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Kentucky retailers aren’t looking for a handout from Washington. They just want a sale made from a smartphone in Henderson or a laptop in Pikeville to be treated the same way as a purchase made at a store in Danville or Frankfort.
Before that can happen, Congress must pass the Marketplace Fairness Act of 2013. The federal legislation would give states the authority to require that out-of-state merchants collect and remit state sales taxes.
The U.S. Senate is poised to vote on the proposal and national support for Marketplace Fairness has grown to include labor and business interests, state and local governments, and retailers of all types and sizes.
In Kentucky, we’ve formed the Kentucky Coalition for Sales Tax Fairness, comprised of local business groups from across the commonwealth to encourage our congressional delegation to support the Marketplace Fairness Act.
Congressional support for the measure also is increasing. The House and Senate versions of the bill have 53 co-sponsors, including Democrats and Republicans.
It’s important to note this is not a tax issue; it’s a matter of compliance. While no one wants to pay more taxes, the simple fact is a tax should be applied fairly and across the board.
The federal government is giving out-of-state retailers a loophole to avoid collecting the state sales tax. Online and catalog transactions already are subject to the state’s sales and use tax. However, if the retailer is out-of state and doesn’t voluntarily collect the sales tax, the consumer is responsible for remitting the purchase as a use tax on his or her state income tax. Of course, the vast majority of consumers don’t do this because compliance is cumbersome and enforcement is nearly impossible.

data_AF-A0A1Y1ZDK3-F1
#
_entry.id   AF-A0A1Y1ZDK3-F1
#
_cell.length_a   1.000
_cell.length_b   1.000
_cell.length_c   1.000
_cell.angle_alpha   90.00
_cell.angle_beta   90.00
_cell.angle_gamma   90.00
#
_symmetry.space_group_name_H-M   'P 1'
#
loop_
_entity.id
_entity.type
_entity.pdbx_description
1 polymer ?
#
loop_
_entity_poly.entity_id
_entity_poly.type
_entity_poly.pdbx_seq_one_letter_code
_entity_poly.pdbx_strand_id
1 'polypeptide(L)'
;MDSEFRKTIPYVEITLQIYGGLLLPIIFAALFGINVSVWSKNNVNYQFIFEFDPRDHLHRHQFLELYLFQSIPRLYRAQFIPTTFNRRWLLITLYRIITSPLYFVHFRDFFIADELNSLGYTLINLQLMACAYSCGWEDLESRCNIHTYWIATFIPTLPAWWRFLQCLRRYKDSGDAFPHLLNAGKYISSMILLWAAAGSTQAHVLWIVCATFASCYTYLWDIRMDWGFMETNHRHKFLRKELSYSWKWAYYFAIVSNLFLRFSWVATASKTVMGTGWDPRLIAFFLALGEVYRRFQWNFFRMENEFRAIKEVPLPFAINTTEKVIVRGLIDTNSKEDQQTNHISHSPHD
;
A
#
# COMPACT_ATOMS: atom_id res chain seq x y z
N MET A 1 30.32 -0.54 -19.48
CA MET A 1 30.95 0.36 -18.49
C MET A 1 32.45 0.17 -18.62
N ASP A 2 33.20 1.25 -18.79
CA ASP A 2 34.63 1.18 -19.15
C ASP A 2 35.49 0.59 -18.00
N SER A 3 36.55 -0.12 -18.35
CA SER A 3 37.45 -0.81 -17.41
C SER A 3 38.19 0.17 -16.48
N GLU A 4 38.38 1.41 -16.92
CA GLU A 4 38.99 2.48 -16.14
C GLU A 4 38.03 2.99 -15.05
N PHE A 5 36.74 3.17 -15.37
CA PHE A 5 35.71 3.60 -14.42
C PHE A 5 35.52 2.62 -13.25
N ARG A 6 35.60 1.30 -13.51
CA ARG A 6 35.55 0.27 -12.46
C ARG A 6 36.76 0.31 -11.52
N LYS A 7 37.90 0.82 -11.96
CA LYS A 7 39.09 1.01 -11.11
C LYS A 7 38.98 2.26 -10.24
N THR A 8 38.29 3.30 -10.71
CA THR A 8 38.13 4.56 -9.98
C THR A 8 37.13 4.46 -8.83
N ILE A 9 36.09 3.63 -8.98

For the past decade, online retailers have been using Kentucky retailers as their showrooms. And they have done so without creating Kentucky jobs, spending money in our economy or contributing to local communities.
By giving states the authority to enforce existing tax laws, the Marketplace Fairness Act of 2013 eliminates the 6 to 10 percent competitive advantage enjoyed by many Internet retailers at the expense of local businesses. Closing the loophole also would provide Kentucky more than an estimated $220 million in tax revenue that could be used to shore up budget shortfalls.
We ask our congressional delegation to step up and stand behind Kentucky retailers by cosponsoring and supporting the Marketplace Fairness Act of 2013. Congress must pass this legislation to ensure our tax laws keep up with the modern marketplace.
Tod Griffin is president of the Kentucky Retail Federation and chairman of the Kentucky Coalition for Sales Tax Fairness.